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Saturday, January 5, 2019

 Buck doing buck things. Which involves neck stretching, thrashing at vegetation, poking twigs into their pre-orbital scent glands, peeing, snorting, pawing and facing off.

 Refugium: A safe place. A place you can go to get away from everything else that's going on. Indigo Hill has always been a refuge, for animals and for us. I keep this blog as a refuge for me, for you. But even Indigo Hill can be compromised, invaded.

I have been holding these photos since I took them October 22, 2018. I didn't want anyone to see them and know that these beautiful bucks were frequenting our meadow. I held them until after hunting season at Thanksgiving, and then I planned to hold onto them until after the two-day gun season December 15 and 16.  No way was I going to blow these big boys' cover with a blog post while men were about with guns. And then on December 16 all hell broke loose in our world, and it has taken me until now to even begin to emerge and remember who I was and the things I was doing before that, to remember the joy these animals brought me. I remember as through a fog or a screen. My joy has been badly beaten. It's still there, the way a pilot light glows blue in the back of the oven, waiting. Wishing to burst back into flame, knowing that isn't going to happen.

I don't want to write about hell. Screw that. There's enough hell in this world. I want to remember looking out the window and seeing this enormous eight-point beast shuffling up the meadow margin.

And because that wasn't enough, along came a nine-point monster to complete the picture.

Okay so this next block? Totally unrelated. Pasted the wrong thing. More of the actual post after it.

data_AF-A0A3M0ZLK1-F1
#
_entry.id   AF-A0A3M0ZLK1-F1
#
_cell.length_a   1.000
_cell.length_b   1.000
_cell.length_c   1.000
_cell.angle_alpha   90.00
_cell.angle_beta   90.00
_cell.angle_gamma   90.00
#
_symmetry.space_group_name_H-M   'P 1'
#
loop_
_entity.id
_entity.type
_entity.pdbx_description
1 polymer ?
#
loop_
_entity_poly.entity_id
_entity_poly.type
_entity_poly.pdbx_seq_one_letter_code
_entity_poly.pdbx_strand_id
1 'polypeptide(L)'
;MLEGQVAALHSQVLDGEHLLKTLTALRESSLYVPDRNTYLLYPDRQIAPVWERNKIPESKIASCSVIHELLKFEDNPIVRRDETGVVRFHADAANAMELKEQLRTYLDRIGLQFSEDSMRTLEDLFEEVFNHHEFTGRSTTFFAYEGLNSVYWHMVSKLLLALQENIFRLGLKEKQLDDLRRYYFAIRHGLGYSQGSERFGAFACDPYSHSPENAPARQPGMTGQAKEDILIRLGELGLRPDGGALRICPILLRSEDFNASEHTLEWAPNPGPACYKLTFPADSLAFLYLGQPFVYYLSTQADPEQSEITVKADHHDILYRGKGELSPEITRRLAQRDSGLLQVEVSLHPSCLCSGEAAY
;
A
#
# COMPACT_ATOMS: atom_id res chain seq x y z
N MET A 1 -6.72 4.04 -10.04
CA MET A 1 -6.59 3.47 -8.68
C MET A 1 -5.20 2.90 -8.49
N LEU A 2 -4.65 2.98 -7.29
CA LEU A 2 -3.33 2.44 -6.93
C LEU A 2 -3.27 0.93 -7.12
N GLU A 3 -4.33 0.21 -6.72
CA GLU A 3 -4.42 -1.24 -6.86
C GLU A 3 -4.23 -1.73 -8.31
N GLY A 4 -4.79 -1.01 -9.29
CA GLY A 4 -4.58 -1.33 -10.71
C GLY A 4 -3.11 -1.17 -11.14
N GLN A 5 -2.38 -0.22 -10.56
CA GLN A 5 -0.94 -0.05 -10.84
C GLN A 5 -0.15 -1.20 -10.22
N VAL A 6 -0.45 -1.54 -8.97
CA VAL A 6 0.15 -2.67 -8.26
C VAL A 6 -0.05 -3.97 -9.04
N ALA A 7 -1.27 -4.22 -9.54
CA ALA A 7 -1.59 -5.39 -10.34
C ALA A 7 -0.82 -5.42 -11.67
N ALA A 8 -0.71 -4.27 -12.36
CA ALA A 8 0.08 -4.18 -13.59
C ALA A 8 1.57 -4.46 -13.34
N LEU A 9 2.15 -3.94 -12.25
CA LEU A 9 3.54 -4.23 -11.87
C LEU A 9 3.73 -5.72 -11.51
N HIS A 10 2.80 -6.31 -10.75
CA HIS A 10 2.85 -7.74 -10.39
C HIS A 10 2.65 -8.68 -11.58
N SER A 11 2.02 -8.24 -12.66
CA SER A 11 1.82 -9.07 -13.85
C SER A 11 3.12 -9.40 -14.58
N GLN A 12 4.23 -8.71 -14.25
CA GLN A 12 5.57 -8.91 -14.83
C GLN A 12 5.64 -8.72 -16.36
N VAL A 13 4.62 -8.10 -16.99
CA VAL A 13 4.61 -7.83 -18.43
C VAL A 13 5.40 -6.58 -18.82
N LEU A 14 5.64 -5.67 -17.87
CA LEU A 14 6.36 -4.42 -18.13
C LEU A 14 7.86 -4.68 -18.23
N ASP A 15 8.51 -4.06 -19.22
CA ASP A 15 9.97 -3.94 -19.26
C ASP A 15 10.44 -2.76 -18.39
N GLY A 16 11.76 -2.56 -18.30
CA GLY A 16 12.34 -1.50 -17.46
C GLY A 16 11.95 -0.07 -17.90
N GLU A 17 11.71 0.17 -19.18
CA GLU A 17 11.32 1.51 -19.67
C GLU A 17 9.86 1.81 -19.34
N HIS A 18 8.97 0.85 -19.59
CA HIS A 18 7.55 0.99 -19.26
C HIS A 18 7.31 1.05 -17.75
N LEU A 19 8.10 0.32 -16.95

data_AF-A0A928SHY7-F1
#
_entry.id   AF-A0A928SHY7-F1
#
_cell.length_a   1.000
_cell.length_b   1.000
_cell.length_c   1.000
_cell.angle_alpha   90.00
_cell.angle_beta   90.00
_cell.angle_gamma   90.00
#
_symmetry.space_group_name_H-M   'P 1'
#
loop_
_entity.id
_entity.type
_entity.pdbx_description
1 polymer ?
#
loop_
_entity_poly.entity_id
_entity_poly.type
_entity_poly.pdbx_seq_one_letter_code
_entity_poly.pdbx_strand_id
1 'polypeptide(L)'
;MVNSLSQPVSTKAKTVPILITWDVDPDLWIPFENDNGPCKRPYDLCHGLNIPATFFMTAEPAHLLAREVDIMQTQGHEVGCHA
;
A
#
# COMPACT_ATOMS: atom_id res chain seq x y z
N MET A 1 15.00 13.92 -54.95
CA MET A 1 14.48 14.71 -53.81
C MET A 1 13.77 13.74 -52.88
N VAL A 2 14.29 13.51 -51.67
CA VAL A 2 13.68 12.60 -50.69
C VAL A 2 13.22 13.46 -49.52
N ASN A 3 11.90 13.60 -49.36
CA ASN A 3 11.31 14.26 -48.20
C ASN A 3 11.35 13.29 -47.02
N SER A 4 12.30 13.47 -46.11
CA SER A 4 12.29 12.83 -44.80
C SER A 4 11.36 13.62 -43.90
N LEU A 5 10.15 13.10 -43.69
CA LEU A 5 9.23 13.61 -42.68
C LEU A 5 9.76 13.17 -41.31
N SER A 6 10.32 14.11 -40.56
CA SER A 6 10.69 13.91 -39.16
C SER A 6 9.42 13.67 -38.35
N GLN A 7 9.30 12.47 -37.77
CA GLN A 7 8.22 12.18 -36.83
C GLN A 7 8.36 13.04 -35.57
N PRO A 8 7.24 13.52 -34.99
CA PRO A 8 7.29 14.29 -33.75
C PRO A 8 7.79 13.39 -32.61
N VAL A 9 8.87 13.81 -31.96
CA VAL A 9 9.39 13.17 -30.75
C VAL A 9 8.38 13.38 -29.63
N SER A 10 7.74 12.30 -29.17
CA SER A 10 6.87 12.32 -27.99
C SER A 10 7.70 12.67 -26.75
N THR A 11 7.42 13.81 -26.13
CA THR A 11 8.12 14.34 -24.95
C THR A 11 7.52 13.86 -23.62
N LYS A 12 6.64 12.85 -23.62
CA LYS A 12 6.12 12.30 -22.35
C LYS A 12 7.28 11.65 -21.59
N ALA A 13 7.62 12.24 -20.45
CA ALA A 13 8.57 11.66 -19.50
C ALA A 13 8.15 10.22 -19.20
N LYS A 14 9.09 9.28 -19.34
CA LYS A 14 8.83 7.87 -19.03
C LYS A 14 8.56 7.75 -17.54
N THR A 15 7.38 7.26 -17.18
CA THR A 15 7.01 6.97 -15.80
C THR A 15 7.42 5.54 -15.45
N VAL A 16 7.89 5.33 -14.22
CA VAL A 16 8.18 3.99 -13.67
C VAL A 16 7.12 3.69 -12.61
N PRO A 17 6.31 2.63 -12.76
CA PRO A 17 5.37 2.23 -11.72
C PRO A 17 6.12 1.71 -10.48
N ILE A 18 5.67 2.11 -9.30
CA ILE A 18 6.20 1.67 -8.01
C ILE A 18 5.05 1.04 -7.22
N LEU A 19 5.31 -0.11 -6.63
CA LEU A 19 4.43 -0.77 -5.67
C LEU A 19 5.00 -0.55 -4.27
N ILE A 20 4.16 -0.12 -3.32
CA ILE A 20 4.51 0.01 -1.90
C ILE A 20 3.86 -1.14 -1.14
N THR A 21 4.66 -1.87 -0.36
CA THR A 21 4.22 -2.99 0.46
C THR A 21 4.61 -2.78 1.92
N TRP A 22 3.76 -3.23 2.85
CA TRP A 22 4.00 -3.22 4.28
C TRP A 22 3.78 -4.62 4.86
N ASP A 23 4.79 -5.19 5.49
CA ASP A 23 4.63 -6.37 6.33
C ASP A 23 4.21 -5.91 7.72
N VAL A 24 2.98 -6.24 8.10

Such incredibly beautiful, fine, mature animals. Their racks are high and their tines are very long. Surely the finest brace of bucks I've been blessed to see here.

I knew the moment I saw them that I'd tell no one, show no one their magnificence. They were too beautiful to share. And sharing them during hunting season could get them shot.

I grinned as I watched them showing off for each other, and for any doe who happened to be peeking from the woods. They tried to moosh their scent glands up as high into the brush as possible, to say that a big one passed here.

Then they drew close together and my heart almost burst.

The span of their antlers seemed to go on forever. They looked almost like mule deer, or elk.  I wondered if they were brothers. Twins, even. What a thought.  Looking back on them, they're but apparitions to me. I can hardly believe they were ever here, hardly believe I had them in my lens, my heart pounding out of my chest.

 I've no idea if they survived hunting season, but chances are better than usual. It was miserably wet all week, with cold driving rain, and the hunter numbers were greatly suppressed. I can hope they escaped. I can hope they hid in this refugium we offer. And wouldn't it be wonderful to trip over one of those antlers some gray February day? To see tines sticking up out of the sere grass? To pick up a shed antler and marvel at its weight, smoothness, and beauty? To bring it home and add it to my basket of bloodless trophies? I can dream.  I did dream, and my dream looked like this.

 Click on this photo to see them all at proper size and definition.


Yes—so glad you waited. And I just read Sy Montgomery’s latest book “How to be a Good Creature” and thought of you in each chapter. Take good care of yourself in the days ahead.

So glad for you that you caught such a magical moment. Peace to you,
Wayne, PA

What gorgeous boys! I love the idea that they might be brothers. ❤️ May they stay safe in your refugium.

You are a great spy.

For me to see a buck like that is SO rare - what a gift to see one - TWO - sharing your home. Yesterday, according to a fella in a pick-up truck that we had a chat with yesterday while on our walk, was the last day of "big game" season here in VA. I saw a little spike buck and a doe up on our hill above the house and breathed a sigh of relief that he had made it through. Not that there isn't the occasional poaching, and the danger from cars, and...